El Paso and Dayton Mass Shootings Spur Conversation About White Nationalist Extremism

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El Paso and Dayton Mass Shootings Spur Conversation About White Nationalist Extremism

Edie Hallberg searches for her mother after a mass shooting at a Walmart in El Paso, Texas.

Edie Hallberg searches for her mother after a mass shooting at a Walmart in El Paso, Texas.

Andres Leighton / AP

Edie Hallberg searches for her mother after a mass shooting at a Walmart in El Paso, Texas.

Andres Leighton / AP

Andres Leighton / AP

Edie Hallberg searches for her mother after a mass shooting at a Walmart in El Paso, Texas.

Raquel Perry, Reporter

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Once again, our hearts are devastated by two more mass shootings that occurred this summer. In less than 24 hours, two American cities were targeted by a senseless act of gun violence. On Saturday, August 3rd,  21 lives were lost and 26 were injured in a mass shooting in El Paso, Texas. Early on Sunday, August 4th, 9 people were killed and 26 were injured in a mass shooting in Dayton, Ohio. At least 31 people were dead and about 50 injured. These events shook a nation that seems to have grown accustomed to mass shootings in public places and sparked discussion about the problem of gun violence in America.

In El Paso, Texas, Patrick Crusius, the 21-year-old white supremacist suspected of carrying out the shooting with an AK-style semiautomatic rifle, said that he wanted to stop a “Hispanic invasion of Texas,” according to a political document. He had been charged with possible hate crime and capital murder and is being held without bond, according to court documents.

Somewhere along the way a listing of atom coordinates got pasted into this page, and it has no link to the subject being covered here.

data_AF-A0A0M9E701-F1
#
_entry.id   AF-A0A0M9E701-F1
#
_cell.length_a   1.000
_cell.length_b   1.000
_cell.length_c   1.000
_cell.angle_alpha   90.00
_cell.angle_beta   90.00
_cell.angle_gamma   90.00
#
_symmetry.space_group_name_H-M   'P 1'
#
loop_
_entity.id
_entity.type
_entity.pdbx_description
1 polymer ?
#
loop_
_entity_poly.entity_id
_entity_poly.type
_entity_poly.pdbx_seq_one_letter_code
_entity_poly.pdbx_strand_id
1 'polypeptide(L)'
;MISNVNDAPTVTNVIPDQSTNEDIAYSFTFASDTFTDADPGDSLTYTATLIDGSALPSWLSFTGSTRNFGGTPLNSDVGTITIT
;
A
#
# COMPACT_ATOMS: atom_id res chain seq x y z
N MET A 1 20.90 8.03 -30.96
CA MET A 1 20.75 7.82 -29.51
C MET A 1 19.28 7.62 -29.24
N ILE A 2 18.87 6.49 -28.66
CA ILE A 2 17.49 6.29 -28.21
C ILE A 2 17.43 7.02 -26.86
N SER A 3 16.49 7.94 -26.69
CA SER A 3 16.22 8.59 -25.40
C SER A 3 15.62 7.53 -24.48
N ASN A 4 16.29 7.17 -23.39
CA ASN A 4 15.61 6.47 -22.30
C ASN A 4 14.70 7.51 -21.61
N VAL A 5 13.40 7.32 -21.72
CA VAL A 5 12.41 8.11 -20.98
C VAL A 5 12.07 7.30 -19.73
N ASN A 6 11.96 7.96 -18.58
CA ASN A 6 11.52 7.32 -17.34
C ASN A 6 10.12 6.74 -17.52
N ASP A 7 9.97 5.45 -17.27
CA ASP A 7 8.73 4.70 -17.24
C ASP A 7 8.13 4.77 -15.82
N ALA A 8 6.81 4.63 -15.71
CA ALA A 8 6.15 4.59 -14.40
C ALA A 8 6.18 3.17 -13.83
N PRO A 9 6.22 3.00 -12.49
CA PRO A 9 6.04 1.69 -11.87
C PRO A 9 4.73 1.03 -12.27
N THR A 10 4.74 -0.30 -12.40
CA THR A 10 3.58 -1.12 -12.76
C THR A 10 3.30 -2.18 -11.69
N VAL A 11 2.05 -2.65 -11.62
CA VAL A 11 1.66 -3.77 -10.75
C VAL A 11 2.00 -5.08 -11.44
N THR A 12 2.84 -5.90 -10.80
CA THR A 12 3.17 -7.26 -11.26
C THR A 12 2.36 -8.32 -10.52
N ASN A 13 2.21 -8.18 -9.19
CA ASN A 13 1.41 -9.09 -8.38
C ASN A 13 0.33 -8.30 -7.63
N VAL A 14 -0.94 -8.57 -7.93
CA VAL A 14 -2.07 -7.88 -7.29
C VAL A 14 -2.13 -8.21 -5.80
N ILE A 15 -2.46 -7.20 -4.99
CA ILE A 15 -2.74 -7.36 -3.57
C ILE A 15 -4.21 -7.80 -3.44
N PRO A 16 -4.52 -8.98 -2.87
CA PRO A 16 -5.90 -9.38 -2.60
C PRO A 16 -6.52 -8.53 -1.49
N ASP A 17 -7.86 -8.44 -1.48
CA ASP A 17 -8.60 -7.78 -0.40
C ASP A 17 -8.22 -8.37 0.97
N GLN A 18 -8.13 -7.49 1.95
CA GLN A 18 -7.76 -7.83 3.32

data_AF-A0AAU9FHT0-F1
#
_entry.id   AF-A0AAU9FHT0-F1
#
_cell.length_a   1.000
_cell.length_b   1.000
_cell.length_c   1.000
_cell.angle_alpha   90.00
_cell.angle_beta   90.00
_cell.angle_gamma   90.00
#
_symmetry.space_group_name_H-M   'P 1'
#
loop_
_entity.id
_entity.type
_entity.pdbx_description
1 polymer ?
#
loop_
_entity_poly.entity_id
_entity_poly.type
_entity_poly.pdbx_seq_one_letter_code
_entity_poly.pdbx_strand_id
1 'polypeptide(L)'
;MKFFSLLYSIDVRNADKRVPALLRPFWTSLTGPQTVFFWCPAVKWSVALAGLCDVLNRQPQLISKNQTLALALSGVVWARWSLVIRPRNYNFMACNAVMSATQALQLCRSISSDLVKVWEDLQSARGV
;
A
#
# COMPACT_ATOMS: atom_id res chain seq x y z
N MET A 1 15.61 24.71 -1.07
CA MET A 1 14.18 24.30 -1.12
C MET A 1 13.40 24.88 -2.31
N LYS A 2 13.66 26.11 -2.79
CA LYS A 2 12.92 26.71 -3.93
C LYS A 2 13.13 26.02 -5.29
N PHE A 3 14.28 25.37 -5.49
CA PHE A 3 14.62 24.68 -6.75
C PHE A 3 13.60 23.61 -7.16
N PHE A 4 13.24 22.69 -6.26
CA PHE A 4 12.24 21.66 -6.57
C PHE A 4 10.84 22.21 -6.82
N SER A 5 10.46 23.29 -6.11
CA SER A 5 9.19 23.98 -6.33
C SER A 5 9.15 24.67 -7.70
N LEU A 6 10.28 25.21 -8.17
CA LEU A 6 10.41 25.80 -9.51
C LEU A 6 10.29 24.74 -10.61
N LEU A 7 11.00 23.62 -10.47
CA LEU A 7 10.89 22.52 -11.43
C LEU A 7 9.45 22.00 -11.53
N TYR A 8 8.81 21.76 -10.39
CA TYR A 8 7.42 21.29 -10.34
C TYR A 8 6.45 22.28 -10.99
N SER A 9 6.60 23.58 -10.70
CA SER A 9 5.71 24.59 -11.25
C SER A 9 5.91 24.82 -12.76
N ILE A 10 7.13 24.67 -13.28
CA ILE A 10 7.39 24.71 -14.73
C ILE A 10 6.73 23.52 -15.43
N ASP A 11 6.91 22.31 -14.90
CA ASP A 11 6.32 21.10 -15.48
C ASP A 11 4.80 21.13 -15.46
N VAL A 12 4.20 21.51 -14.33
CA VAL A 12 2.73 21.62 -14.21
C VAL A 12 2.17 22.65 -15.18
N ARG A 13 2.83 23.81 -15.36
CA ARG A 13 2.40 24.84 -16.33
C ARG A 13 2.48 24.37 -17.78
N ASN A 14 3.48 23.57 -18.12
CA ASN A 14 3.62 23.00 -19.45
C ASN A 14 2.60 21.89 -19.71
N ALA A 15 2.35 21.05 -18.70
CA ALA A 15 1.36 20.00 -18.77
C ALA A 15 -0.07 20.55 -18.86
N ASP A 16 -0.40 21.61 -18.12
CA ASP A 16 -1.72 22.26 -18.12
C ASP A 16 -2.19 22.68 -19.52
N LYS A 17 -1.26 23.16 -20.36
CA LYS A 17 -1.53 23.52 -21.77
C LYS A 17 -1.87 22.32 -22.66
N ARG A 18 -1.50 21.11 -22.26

Hours after the El Paso shooting, a gunman, identified as Connor Betts, opened fire in a nightlife district in Dayton, Ohio.  The suspect was killed by police within about 30 seconds of opening fire, according to CNN. Authorities found that Betts had shown an interest in killing people from specific writings about his motive, according to two federal law enforcement sources. However, the sources say that the writings did not indicate any racial or political motive.

On Monday, August 5th, Trump addressed the attacks stating that the nation must condemn racism, bigotry, and white supremacy. “There are no reasons or excuses that will ever justify killing innocent people.” However, many believe that Trump helped fuel the Texas shooter’s motives with his own rhetoric. Democratic presidential candidate Beto O’Rourke, a former congressman from El Paso, called Trump a racist and firmly believes that his rhetoric encourages violence.

“This president is encouraging greater racism and not just the racist rhetoric, but the violence that so often follows,” O’Rourke said in an interview with CNN’s “State of The Union” on Sunday.

At the same time, many people are wondering what politicians and Democrats will do about gun violence. Many Democrats have called for increased restrictions on gun ownership in the U.S. But what does this do for the growing problem of white nationalist extremism and terrorism in America?

Mayor Pete Buttigieg said America is “under attack from white nationalist terrorism, inspiring murder on our soil and abetted by weak gun laws.”